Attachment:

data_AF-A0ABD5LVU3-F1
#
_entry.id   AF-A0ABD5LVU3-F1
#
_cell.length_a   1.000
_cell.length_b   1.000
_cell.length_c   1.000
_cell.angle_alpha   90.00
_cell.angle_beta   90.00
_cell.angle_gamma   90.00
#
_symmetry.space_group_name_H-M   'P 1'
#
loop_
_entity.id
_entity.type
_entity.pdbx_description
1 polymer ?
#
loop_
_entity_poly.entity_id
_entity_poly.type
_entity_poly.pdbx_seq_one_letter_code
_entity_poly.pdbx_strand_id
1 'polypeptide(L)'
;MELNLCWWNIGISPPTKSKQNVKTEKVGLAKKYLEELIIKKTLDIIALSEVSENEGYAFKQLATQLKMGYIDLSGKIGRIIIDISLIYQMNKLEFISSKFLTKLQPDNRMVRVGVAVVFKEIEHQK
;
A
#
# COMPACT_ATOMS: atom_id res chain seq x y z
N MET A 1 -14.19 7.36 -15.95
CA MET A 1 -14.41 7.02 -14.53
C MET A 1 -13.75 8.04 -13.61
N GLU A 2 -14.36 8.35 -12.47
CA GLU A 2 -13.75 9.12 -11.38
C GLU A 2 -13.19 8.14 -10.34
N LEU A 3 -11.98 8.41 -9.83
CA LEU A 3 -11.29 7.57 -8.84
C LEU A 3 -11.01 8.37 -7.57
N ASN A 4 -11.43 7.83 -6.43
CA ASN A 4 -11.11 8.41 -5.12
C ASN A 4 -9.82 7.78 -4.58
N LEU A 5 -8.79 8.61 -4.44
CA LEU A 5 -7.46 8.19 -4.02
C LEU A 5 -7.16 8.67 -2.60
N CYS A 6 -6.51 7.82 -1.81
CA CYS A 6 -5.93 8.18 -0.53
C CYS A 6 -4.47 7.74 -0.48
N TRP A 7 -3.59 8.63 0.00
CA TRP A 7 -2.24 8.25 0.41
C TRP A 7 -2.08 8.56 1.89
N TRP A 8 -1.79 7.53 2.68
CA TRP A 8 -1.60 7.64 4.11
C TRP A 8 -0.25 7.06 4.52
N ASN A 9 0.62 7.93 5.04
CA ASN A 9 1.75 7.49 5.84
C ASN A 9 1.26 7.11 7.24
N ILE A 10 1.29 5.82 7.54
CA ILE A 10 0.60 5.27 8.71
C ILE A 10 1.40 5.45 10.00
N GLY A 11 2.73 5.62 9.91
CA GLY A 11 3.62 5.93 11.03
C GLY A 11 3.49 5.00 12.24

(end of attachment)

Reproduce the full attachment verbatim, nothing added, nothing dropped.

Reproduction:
data_AF-A0ABD5LVU3-F1
#
_entry.id   AF-A0ABD5LVU3-F1
#
_cell.length_a   1.000
_cell.length_b   1.000
_cell.length_c   1.000
_cell.angle_alpha   90.00
_cell.angle_beta   90.00
_cell.angle_gamma   90.00
#
_symmetry.space_group_name_H-M   'P 1'
#
loop_
_entity.id
_entity.type
_entity.pdbx_description
1 polymer ?
#
loop_
_entity_poly.entity_id
_entity_poly.type
_entity_poly.pdbx_seq_one_letter_code
_entity_poly.pdbx_strand_id
1 'polypeptide(L)'
;MELNLCWWNIGISPPTKSKQNVKTEKVGLAKKYLEELIIKKTLDIIALSEVSENEGYAFKQLATQLKMGYIDLSGKIGRIIIDISLIYQMNKLEFISSKFLTKLQPDNRMVRVGVAVVFKEIEHQK
;
A
#
# COMPACT_ATOMS: atom_id res chain seq x y z
N MET A 1 -14.19 7.36 -15.95
CA MET A 1 -14.41 7.02 -14.53
C MET A 1 -13.75 8.04 -13.61
N GLU A 2 -14.36 8.35 -12.47
CA GLU A 2 -13.75 9.12 -11.38
C GLU A 2 -13.19 8.14 -10.34
N LEU A 3 -11.98 8.41 -9.83
CA LEU A 3 -11.29 7.57 -8.84
C LEU A 3 -11.01 8.37 -7.57
N ASN A 4 -11.43 7.83 -6.43
CA ASN A 4 -11.11 8.41 -5.12
C ASN A 4 -9.82 7.78 -4.58
N LEU A 5 -8.79 8.61 -4.44
CA LEU A 5 -7.46 8.19 -4.02
C LEU A 5 -7.16 8.67 -2.60
N CYS A 6 -6.51 7.82 -1.81
CA CYS A 6 -5.93 8.18 -0.53
C CYS A 6 -4.47 7.74 -0.48
N TRP A 7 -3.59 8.63 0.00
CA TRP A 7 -2.24 8.25 0.41
C TRP A 7 -2.08 8.56 1.89
N TRP A 8 -1.79 7.53 2.68
CA TRP A 8 -1.60 7.64 4.11
C TRP A 8 -0.25 7.06 4.52
N ASN A 9 0.62 7.93 5.04
CA ASN A 9 1.75 7.49 5.84
C ASN A 9 1.26 7.11 7.24
N ILE A 10 1.29 5.82 7.54
CA ILE A 10 0.60 5.27 8.71
C ILE A 10 1.40 5.45 10.00
N GLY A 11 2.73 5.62 9.91
CA GLY A 11 3.62 5.93 11.03
C GLY A 11 3.49 5.00 12.24